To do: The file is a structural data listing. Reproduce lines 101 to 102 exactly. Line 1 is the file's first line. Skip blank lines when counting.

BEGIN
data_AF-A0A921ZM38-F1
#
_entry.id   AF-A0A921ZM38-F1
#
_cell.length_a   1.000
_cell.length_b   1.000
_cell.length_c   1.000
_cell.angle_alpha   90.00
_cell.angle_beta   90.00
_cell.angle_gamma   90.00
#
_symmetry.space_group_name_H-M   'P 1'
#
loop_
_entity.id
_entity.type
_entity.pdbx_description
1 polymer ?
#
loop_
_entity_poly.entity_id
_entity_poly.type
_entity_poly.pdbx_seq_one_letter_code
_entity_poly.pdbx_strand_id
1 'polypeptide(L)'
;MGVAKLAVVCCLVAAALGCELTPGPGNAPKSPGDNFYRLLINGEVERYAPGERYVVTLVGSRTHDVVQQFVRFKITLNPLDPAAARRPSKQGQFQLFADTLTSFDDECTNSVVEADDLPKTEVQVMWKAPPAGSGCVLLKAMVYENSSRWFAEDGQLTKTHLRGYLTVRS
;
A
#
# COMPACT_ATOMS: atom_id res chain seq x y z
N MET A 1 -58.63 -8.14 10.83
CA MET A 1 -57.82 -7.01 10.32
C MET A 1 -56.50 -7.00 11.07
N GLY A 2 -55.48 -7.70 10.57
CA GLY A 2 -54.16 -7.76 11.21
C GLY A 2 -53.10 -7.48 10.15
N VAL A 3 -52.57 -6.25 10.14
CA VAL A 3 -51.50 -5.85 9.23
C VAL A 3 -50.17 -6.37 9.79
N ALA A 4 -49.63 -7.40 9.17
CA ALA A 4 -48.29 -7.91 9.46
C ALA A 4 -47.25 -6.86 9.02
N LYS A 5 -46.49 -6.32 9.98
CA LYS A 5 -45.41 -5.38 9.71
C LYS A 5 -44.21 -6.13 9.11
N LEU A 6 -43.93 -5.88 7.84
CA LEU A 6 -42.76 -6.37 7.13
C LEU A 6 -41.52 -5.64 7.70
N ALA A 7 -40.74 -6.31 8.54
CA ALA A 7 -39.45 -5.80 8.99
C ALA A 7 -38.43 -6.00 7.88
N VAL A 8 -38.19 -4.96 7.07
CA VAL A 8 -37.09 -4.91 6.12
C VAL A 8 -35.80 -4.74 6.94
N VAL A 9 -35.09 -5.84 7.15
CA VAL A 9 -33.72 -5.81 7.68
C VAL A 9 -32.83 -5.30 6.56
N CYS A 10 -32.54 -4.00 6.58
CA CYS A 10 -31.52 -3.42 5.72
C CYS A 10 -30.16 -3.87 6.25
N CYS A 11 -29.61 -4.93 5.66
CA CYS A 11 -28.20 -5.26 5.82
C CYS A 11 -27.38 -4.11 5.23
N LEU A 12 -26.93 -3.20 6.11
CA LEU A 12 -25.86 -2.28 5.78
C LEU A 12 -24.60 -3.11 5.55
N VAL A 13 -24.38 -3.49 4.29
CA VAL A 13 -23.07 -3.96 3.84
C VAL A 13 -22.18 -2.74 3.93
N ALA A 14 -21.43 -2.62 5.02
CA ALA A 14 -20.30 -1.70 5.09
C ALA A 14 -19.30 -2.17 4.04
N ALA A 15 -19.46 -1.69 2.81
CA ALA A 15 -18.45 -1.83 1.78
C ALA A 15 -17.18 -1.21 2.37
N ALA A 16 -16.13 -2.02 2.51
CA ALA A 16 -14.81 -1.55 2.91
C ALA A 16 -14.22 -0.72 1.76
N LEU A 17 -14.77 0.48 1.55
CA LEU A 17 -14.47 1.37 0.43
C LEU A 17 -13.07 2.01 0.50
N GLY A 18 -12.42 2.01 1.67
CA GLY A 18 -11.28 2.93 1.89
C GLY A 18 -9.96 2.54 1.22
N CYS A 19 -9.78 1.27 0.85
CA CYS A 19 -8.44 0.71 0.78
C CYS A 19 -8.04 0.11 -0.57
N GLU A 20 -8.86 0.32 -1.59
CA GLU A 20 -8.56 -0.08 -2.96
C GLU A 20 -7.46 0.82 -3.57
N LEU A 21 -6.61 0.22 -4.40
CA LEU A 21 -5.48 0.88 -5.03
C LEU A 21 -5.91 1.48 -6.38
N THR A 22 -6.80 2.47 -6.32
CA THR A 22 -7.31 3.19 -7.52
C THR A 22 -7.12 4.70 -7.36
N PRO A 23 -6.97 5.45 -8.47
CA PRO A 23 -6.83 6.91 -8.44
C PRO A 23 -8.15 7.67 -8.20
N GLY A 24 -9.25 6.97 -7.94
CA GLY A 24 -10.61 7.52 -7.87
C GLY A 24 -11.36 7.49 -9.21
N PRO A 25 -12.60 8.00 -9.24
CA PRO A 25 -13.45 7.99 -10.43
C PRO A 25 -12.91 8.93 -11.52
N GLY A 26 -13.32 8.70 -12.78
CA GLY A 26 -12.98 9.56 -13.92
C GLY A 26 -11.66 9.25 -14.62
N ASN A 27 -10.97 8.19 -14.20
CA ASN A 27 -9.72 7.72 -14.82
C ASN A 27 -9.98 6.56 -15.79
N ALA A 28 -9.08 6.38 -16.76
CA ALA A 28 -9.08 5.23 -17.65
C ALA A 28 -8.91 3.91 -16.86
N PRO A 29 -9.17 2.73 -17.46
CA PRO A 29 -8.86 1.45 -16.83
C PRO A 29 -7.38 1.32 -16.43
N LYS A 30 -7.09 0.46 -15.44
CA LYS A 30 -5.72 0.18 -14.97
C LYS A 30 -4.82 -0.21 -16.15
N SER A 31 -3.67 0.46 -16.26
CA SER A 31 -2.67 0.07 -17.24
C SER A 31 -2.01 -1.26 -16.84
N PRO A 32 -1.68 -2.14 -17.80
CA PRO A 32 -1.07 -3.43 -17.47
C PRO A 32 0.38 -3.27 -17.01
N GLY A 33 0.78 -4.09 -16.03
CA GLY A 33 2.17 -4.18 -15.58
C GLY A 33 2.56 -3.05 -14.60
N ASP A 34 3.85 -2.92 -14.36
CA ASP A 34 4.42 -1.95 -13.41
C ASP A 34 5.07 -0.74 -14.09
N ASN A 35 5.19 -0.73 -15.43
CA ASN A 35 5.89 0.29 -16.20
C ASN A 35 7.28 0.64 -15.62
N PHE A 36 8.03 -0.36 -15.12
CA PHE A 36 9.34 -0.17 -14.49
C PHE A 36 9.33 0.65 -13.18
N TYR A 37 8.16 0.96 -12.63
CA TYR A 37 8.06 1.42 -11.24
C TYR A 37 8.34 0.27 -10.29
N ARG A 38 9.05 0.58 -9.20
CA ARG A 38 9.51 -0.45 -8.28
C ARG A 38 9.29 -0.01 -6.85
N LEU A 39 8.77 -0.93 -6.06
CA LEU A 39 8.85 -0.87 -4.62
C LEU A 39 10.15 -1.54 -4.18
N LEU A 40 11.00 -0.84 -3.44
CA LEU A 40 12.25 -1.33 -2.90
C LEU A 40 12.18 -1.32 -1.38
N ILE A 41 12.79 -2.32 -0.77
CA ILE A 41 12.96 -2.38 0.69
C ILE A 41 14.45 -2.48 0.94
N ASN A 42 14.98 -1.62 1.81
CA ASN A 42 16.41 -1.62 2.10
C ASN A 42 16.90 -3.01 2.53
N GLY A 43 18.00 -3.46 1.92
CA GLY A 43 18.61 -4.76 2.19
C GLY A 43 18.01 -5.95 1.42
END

CA GLY A 24 -10.61 7.52 -7.87
C GLY A 24 -11.36 7.49 -9.21